The team would bounce back with wins over Greece and Australia, but neither of them were dominant. They may have earned a couple wins, but the fear was still there, and with good reason. The United States then lost a squeaker to Lithuania by a score of 94-90, giving them a second loss in the tournament. Fortunately, they ended the group stage with a matchup against Angola, who they took their frustrations out on in a 36-point victory. In the quarterfinals, the United States were matched up with Spain, who had won the other group by going undefeated. In the years following the disaster in 2004, Spain would emerge as the main rival for the United States in men’s basketball, but this year, Spain was everything the U.S. wasn’t. Then, in what has to be genuinely called an upset, America beat Spain 102-94, giving Spain their only loss of the tourney, but a loss that eliminated them in the quarterfinals.
In the semifinals, the United States matched up with Argentina, who would, spoiler alert, go on to win gold by beating upstart Italy in the championship game. Argentina was led by a still-in-his-prime Manu Ginobili, and had other notable names such as Luis Scola, Carlos Delfino, Andres Nocioni, and Fabricio Oberto. Duncan and Ginobili would go on to win titles together, and become part of an iconic San Antonio Spurs team. In this battle, though, Ginobili got the better of Duncan and the United States, with Argentina winning 89-81. At this point, nobody would have been surprised to see America lose the bronze medal game to Lithuania. They were a team expected to win gold, and win it handily, and here they were, having suffered three losses, playing in what amounted to a consolation game. However, to their, shall we say, credit, they avenged their earlier loss by beating Lithuania 104-96. It was small consolation. For the United States men’s basketball team, a bronze medal was a disaster. The team was ridiculed and maligned, during the tournament and afterward. This group of players, and head coach Larry Brown, will go down as the most ignominious U.S. basketball team of all-time.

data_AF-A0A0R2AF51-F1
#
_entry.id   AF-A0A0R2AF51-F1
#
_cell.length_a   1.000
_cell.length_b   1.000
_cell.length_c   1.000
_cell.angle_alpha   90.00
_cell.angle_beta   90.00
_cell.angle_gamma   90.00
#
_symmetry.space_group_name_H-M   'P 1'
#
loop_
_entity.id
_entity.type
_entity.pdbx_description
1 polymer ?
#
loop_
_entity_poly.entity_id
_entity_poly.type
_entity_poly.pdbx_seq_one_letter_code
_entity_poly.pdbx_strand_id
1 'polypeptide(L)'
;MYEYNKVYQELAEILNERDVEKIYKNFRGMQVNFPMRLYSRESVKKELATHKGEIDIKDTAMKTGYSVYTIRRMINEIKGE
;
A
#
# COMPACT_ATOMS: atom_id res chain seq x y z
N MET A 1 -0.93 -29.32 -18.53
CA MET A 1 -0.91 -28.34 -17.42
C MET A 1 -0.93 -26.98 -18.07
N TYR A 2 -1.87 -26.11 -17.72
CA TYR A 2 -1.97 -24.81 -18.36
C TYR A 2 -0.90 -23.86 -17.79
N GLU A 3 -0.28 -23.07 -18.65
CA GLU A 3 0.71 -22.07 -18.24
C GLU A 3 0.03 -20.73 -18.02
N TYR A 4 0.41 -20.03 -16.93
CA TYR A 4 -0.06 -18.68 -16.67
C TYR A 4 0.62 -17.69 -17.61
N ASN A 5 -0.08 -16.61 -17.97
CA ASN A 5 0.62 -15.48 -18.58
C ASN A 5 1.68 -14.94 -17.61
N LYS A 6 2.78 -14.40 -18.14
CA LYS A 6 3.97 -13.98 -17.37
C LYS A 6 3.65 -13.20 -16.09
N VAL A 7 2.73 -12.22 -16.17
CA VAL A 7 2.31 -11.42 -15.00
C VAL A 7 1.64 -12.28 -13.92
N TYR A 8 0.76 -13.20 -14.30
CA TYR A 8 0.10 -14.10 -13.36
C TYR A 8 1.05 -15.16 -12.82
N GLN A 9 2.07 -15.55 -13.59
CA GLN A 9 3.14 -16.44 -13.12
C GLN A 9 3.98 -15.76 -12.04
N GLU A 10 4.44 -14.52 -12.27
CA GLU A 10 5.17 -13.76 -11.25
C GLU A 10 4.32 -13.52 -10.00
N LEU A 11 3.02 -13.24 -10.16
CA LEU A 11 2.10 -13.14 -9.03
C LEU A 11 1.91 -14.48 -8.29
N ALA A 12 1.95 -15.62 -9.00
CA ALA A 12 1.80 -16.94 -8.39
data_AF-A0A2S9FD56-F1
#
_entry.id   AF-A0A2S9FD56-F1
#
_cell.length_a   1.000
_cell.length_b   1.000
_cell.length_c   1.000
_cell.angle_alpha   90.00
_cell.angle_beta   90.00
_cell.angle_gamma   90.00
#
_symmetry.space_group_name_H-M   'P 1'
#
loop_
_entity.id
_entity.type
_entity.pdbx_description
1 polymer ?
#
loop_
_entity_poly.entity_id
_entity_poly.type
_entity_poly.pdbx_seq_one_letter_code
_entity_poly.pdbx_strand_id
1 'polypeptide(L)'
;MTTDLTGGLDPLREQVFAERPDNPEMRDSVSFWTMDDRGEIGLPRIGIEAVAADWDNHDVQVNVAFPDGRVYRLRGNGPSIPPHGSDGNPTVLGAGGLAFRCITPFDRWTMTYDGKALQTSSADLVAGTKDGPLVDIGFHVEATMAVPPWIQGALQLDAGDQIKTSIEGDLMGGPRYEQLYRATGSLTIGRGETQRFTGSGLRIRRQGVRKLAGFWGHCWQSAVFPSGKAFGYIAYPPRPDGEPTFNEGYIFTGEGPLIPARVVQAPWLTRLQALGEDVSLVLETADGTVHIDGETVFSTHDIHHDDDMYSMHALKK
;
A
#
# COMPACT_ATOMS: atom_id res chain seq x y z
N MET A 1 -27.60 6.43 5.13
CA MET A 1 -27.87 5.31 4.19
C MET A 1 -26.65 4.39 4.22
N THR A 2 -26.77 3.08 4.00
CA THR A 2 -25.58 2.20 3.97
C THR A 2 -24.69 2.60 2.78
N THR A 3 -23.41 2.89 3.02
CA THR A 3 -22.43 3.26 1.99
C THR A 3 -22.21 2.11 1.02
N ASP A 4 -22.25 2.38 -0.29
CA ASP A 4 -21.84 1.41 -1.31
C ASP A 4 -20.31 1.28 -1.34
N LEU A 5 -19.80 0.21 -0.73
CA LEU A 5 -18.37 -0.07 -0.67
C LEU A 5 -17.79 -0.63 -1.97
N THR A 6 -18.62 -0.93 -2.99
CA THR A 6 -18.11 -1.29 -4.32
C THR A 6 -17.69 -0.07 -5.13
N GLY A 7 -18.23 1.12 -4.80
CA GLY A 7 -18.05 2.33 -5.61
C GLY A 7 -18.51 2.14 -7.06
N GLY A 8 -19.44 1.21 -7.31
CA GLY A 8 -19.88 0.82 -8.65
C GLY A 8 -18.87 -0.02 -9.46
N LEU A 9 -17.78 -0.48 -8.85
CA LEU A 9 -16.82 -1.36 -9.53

This team did end up having a real impact on the state of the men’s Olympic team, though. The loss was a catalyst for U.S.A. Basketball to take a look in the mirror and reassess things. The 2008 team was christened the Redeem Team. Kobe Bryant and Jason Kidd, two veterans who notably didn’t play in 2004, were on the team. James, Wade, and Melo were all veterans now ready to dominate, and they were joined by the likes of Chris Paul, Dwight Howard, and Chris Bosh. Also, Carlos Boozer was there again for some reason. It was a return to form, with the U.S. dominated the competition en route to winning the gold.
The United States has not lost a single game in the 2008 or 2012 Olympics. The 2004 team remains the only U.S. team with NBA players to lose a single game. They lost three, and they didn’t win gold. In a way, this makes them the most interesting American team, at least since the original Dream Team. While the domination is all well and good, especially for an American who is rooting for the team, it’s lacking in drama and intrigue. The 2004 team certainly had intrigue. They leave us to wonder how a team with so much talent at their disposal could get things so wrong. After a string of Dream Teams, in Athens we were treated to a nightmare.
Chris Morgan is not the author of THE book on Mystery Science Theater 3000, but he is the author of A book on Mystery Science Theater 3000. He’s also on Twitter.